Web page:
What should the role of public libraries be?
What do you think about when you envision a public library?
I think I still first go to being there as a kid. Walking through narrow aisles, looking up at all the books. I knew the Dewey Decimal system early, and I was often heading for non-fiction. There might be only a few books on a particular topic.
I did check out books, but I also read them right there in the library.
I also think of them for their reference desks. They would have huge, expensive, non-circulating titles. I would use those to research something (this would have been when I was older).
I was aware of them having a rare book collection, which they were really preserving, rather than sharing.
I’ve looked up newspaper articles in microfilm.
I also used to wander through the magazine aisles…those were often micro-market titles that were fascinating.
I have used them for internet access when it wasn’t handy (when I was on a jury, for example, and we’d get a lunch break…there was a public library right nearby). Now, of course, I would bring the internet with me.
The time has come for us to seriously think about what the role of a public library should be.
There are disagreements between public libraries and tradpubs (traditional publishers), and I can see a rational on the side of publishers (although I’d prefer that they make the books much more available to public libraries).
Here’s the question:
Should public libraries circulate current, popular, in-copyright books to people who can otherwise afford them?
Sure, it’s great to go a library and borrow a current bestseller (even though you might have to wait for it).
Is that an appropriate role, though?
I know, you figure you paid your taxes for the library, you should have access to everything in it. However, if you paid your taxes for a place with a food program for the disadvantaged, do you feel like you should be able to have lunch there when you are making a good living?
I think we need to break this down a bit.
First, let’s talk about the content…to keep this simple, I’m going to keep it on books.
There are books that are in copyright and books that aren’t. The latter are in the “public domain”…the public owns them. I think it’s a great use of the libraries to make public domain works available…I wish they were doing a lot more of that.
Project Gutenberg is one of the greatest public good works in history.
There has been tremendous, selfless work done by this private organization to preserve and make available public domain works at no cost to users.
While I definitely recognize and admire the work they have done, the government should be doing it.
There should be professionals using high-quality scanning equipment digitizing and reviewing every public domain book possible, and making it available to the public just for the taxes.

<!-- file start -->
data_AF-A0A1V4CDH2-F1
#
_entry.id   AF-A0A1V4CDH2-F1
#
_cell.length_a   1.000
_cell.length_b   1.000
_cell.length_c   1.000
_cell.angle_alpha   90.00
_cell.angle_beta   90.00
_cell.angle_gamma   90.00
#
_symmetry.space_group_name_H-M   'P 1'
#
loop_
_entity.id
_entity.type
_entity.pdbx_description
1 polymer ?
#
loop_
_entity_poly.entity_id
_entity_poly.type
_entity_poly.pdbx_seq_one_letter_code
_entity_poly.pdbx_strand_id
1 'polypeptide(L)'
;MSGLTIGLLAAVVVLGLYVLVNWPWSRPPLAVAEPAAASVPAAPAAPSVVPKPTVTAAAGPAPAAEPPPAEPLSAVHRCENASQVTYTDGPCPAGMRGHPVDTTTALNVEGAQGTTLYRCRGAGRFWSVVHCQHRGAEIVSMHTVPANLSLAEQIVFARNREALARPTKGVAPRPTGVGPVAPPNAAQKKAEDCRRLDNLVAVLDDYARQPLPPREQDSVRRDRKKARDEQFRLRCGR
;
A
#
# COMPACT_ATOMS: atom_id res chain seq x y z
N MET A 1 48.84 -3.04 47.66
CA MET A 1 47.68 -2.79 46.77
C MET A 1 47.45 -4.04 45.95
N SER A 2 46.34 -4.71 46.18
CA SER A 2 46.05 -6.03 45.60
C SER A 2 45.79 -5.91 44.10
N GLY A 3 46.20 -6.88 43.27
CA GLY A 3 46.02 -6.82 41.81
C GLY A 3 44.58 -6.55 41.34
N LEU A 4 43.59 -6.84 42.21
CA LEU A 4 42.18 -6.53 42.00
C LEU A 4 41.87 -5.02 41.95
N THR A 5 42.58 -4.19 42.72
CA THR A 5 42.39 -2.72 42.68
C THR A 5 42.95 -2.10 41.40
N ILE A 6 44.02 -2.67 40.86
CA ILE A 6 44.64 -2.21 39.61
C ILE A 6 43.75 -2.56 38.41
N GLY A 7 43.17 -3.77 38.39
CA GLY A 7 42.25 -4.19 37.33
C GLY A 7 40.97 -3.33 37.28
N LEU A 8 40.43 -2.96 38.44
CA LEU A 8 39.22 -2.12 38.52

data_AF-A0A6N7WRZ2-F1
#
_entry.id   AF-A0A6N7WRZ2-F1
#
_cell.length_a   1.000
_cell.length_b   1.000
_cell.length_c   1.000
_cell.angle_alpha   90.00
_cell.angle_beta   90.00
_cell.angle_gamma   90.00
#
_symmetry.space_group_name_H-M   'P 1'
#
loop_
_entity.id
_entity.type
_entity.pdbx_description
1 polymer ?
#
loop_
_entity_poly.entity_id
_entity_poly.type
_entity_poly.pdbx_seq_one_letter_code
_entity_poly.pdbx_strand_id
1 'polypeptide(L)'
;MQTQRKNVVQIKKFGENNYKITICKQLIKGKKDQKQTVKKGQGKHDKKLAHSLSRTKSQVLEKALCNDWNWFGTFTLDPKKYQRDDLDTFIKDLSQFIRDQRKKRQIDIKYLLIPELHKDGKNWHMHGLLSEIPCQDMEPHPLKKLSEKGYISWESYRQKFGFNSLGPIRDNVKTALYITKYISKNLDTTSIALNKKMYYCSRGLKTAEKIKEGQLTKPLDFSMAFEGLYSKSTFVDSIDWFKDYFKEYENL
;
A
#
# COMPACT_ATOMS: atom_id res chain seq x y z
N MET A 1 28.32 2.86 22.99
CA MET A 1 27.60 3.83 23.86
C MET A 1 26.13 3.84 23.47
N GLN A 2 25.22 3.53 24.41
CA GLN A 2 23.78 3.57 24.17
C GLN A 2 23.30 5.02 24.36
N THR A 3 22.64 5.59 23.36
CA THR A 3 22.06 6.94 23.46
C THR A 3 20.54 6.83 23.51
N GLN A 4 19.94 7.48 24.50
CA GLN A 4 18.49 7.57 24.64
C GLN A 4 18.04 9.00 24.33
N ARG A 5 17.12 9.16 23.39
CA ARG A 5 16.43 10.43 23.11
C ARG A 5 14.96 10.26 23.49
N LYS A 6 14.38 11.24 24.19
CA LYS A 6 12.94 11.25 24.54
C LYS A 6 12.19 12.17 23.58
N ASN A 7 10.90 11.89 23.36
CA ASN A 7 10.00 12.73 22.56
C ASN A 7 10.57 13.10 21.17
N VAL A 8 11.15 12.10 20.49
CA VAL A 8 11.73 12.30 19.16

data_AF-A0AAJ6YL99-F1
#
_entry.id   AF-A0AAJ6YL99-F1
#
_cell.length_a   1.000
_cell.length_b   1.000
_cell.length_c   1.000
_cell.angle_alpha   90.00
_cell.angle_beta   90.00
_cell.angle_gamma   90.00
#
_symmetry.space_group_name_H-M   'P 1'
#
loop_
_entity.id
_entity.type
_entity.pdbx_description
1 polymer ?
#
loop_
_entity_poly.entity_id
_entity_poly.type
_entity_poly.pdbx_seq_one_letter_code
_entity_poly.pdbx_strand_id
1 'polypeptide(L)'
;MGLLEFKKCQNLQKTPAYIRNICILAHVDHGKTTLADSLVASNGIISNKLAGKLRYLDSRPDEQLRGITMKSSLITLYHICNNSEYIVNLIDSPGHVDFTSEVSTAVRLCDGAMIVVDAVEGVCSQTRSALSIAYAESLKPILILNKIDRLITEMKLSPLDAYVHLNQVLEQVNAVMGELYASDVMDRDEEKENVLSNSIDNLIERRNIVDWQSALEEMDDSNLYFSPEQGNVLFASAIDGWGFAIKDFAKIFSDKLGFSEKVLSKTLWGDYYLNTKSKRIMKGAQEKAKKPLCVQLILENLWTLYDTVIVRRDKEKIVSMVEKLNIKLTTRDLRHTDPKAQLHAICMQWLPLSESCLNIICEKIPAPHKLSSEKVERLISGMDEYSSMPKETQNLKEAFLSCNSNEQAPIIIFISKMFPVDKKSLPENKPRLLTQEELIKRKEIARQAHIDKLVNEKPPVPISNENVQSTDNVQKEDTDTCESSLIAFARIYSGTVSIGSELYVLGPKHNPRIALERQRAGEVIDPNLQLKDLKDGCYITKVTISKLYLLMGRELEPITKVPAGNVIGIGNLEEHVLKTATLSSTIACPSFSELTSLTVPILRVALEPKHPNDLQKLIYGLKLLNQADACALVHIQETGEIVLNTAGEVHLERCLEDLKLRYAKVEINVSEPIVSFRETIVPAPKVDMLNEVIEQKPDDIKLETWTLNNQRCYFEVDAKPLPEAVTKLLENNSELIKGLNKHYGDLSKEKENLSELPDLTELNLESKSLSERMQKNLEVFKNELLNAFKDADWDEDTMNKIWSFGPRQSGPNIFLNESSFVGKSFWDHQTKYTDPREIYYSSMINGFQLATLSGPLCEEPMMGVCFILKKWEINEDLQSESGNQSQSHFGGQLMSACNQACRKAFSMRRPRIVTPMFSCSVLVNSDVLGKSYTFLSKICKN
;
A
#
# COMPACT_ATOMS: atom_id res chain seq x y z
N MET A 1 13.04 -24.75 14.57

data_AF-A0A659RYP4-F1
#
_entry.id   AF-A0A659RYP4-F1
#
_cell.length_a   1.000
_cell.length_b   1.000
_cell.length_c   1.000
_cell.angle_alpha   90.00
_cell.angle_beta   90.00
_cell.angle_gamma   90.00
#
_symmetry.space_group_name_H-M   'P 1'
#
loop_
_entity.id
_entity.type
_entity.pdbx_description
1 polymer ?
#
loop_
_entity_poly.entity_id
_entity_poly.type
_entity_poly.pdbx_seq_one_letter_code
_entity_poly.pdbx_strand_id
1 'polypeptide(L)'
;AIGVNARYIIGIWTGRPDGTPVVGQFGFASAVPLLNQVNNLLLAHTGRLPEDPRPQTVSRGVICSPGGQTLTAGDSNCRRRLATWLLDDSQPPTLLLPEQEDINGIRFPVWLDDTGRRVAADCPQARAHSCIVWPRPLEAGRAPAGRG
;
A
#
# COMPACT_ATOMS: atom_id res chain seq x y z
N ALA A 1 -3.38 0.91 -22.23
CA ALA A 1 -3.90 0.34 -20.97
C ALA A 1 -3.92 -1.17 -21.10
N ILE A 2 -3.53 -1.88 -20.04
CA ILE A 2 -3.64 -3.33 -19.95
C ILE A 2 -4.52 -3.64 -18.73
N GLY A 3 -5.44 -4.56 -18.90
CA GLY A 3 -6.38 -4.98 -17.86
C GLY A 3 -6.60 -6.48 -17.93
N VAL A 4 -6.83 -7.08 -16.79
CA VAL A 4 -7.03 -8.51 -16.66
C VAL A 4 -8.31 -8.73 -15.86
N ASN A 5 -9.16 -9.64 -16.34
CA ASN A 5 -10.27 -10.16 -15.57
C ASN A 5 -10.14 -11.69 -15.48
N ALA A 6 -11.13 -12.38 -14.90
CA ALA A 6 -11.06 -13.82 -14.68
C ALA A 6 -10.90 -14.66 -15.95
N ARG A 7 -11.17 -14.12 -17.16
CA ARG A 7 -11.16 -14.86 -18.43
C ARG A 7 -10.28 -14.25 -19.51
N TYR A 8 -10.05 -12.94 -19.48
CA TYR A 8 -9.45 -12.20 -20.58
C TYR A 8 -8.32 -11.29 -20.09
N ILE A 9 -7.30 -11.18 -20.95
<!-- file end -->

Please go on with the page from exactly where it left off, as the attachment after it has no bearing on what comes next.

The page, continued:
That seems to me like a great function for the government, and we do already have the Library of Congress. The books should be preserved regardless of their perceived value, although I know that priorities would have to be used. I have some books in my own collection that I would love to have available to other people, and that will not be high on the government preservation list.
So, I’d like to see public libraries doing much more with public domain.
What about in-copyright books?
I don’t know that I see that as part of a public library’s role any more, when we are talking about the general population.
I’m not quite seeing the clear public good in the latest New York Times bestseller being available through your local public library.
Emotionally, there is a difference for me if it is an expensive work which is harder for people to access. I don’t think that’s logical, though: either public libraries compete with booksellers on in-copyright works, or they don’t.
Now, it’s very different for me for people who are disadvantaged…that’s the second element. I would say we needs-test people, and if they can’t afford the books, that’s where the public library comes into play. The public library should also make EBRs (E-Book Readers) available to the disadvantaged.
I think that’s very important: it shouldn’t be that a $100 book is only available to the upper classes…but it also doesn’t mean we should make it available for free to those who can afford it, in my opinion.
In terms of being preservatories of paperbooks, yes, that’s a very important thing. Those “ephemeral” titles I have, the ones that wouldn’t generally be seen as having lasting value, should be preserved and shouldn’t count on me to do it.
I’d also to see much more universal availability in digital collections. It seems strange to me that somebody in one town doesn’t have access to a public domain title that someone in another town can get.
These are the things I see as the appropriate functions of public libraries in the future:
- Preservation of paper materials
- Digitization and circulation of public domain materials to anyone
- Circulation of in-copyright materials on a needs-tested basis, including the necessary equipment on which to access it
Would that be a radical change? Yes. I see the three of those as absolutely serving the public good, though. I think tradpubs would be more likely to support those ideas.
What do you think? Would taking out the bestsellers make it less likely for the average person to support a library, since it has less value to them? At what level of government could this all happen (city, county, state, federal), and how much of a problem would that be? Should pubic libraries simply go away, and be replaced by private efforts, like Project Gutenberg? Would people be less likely to be attracted to going into the library profession, if it didn’t involve current titles? Feel free to let me and my readers know what you think by commenting on this post.
This post by Bufo Calvin originally appeared in the I Love My Kindle blog.